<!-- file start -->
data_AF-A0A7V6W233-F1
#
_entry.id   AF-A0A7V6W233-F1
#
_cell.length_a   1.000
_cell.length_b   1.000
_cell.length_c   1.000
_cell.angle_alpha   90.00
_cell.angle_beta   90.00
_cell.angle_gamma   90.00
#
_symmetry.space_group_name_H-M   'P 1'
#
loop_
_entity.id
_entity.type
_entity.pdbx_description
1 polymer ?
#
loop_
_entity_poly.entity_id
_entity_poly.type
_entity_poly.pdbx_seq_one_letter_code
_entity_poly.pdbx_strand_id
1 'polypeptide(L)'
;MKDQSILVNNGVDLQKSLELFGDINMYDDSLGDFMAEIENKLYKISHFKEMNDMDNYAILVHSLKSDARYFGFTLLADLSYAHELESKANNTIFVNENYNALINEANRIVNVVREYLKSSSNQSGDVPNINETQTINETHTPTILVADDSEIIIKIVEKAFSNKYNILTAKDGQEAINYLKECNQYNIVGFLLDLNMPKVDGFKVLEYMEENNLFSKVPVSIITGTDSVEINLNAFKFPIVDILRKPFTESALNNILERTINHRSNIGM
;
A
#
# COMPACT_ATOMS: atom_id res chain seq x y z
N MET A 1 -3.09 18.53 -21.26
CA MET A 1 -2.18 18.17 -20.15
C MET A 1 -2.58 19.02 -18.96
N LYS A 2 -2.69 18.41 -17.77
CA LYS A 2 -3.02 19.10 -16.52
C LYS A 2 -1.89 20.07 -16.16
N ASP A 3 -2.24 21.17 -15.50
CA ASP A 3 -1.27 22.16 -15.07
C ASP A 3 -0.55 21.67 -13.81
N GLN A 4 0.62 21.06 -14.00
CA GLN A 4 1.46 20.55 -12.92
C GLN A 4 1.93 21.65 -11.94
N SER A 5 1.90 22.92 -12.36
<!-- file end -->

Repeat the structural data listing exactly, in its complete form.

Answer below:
data_AF-A0A7V6W233-F1
#
_entry.id   AF-A0A7V6W233-F1
#
_cell.length_a   1.000
_cell.length_b   1.000
_cell.length_c   1.000
_cell.angle_alpha   90.00
_cell.angle_beta   90.00
_cell.angle_gamma   90.00
#
_symmetry.space_group_name_H-M   'P 1'
#
loop_
_entity.id
_entity.type
_entity.pdbx_description
1 polymer ?
#
loop_
_entity_poly.entity_id
_entity_poly.type
_entity_poly.pdbx_seq_one_letter_code
_entity_poly.pdbx_strand_id
1 'polypeptide(L)'
;MKDQSILVNNGVDLQKSLELFGDINMYDDSLGDFMAEIENKLYKISHFKEMNDMDNYAILVHSLKSDARYFGFTLLADLSYAHELESKANNTIFVNENYNALINEANRIVNVVREYLKSSSNQSGDVPNINETQTINETHTPTILVADDSEIIIKIVEKAFSNKYNILTAKDGQEAINYLKECNQYNIVGFLLDLNMPKVDGFKVLEYMEENNLFSKVPVSIITGTDSVEINLNAFKFPIVDILRKPFTESALNNILERTINHRSNIGM
;
A
#
# COMPACT_ATOMS: atom_id res chain seq x y z
N MET A 1 -3.09 18.53 -21.26
CA MET A 1 -2.18 18.17 -20.15
C MET A 1 -2.58 19.02 -18.96
N LYS A 2 -2.69 18.41 -17.77
CA LYS A 2 -3.02 19.10 -16.52
C LYS A 2 -1.89 20.07 -16.16
N ASP A 3 -2.24 21.17 -15.50
CA ASP A 3 -1.27 22.16 -15.07
C ASP A 3 -0.55 21.67 -13.81
N GLN A 4 0.62 21.06 -14.00
CA GLN A 4 1.46 20.55 -12.92
C GLN A 4 1.93 21.65 -11.94
N SER A 5 1.90 22.92 -12.36